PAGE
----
How’s my pig? Using facial recognition technology to improve animal wellbeing

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The work of Professor Melvyn Smith and Professor Lyndon Smith of the Centre for Machine Vision, Bristol Robotics Laboratory has been featured in the news this week.

They are using facial recognition technology to assess the emotional state of pigs, with hopes that the project, based at the Rural College (SRUC) Pig Research Centre in Scotland, will lead to improvements in animal wellbeing.

Pigs communicate with each other using facial expressions, so researchers are now capturing 3D and 2D facial images of the breeding sow population to be analysed at UWE’s Centre for Machine Vision, where techniques for automatic identification of a range of emotions are under development.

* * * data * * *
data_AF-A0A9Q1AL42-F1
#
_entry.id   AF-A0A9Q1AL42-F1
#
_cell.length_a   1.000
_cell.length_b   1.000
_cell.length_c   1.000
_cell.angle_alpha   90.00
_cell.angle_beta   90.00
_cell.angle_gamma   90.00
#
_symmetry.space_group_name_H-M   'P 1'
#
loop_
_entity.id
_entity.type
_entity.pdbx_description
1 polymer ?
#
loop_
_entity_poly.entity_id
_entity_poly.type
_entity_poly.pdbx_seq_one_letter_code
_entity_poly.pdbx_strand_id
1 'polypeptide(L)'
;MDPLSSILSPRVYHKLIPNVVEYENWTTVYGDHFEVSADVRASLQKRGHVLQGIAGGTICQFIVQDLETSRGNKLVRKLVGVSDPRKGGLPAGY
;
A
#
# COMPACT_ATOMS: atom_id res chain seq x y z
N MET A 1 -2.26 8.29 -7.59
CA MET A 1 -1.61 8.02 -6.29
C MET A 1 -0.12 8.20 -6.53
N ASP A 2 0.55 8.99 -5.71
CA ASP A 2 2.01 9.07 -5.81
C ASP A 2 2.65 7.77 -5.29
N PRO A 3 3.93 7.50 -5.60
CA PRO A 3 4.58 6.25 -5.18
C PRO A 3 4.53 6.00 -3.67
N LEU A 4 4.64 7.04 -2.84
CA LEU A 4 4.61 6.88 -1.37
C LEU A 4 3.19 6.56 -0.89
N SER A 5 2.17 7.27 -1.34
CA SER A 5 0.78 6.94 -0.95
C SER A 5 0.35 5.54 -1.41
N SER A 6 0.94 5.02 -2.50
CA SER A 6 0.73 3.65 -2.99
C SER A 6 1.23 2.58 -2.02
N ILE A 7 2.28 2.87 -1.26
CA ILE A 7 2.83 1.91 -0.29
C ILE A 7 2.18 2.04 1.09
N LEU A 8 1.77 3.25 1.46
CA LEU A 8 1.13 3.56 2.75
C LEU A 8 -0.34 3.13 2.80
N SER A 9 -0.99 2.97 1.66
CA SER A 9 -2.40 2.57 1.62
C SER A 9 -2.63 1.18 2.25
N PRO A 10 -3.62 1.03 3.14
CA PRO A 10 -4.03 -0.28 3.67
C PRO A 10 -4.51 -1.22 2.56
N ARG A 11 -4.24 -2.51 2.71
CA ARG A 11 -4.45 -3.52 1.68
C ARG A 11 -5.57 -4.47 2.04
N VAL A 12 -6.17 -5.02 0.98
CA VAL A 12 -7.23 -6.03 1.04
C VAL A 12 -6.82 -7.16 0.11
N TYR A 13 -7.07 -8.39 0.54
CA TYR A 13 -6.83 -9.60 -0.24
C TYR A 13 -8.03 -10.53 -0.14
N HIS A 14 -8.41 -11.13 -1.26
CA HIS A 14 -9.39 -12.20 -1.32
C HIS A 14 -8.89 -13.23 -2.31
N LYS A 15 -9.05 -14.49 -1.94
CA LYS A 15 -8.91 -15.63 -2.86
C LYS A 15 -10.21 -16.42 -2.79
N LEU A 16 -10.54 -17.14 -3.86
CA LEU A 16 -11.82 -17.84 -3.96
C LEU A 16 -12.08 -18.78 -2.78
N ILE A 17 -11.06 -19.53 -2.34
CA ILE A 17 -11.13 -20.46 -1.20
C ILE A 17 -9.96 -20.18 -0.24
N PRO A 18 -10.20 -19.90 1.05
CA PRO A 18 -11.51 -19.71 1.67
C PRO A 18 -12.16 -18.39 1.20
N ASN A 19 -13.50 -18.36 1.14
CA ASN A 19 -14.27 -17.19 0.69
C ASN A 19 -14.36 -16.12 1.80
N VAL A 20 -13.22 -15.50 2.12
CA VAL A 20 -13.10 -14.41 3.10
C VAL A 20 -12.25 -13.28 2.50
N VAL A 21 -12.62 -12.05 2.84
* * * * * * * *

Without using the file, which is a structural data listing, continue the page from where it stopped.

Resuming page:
“Machine vision technology offers the potential to realise a low-cost, non-intrusive and practical means to biometrically identify individual animals on the farm.

“Our work has already demonstrated a 97% accuracy at facial recognition in pigs. Our next step will be, for the first time, to explore the potential for using machine vision to automatically recognise facial expressions that are linked with core emotion states, such as happiness or distress, in the identified pigs.”

Professor Melvyn Smith, UWE Bristol

Lyndon has been filmed by the BBC this week, giving a simulated demo of pig face recognition using deep learning, while the story has been featured online by the BBC, The Times, the Daily Mail, the Metro, the Irish Times and the Irish Examiner, among others and covered on Radio 4’s Farming Today (starting at 9:47).

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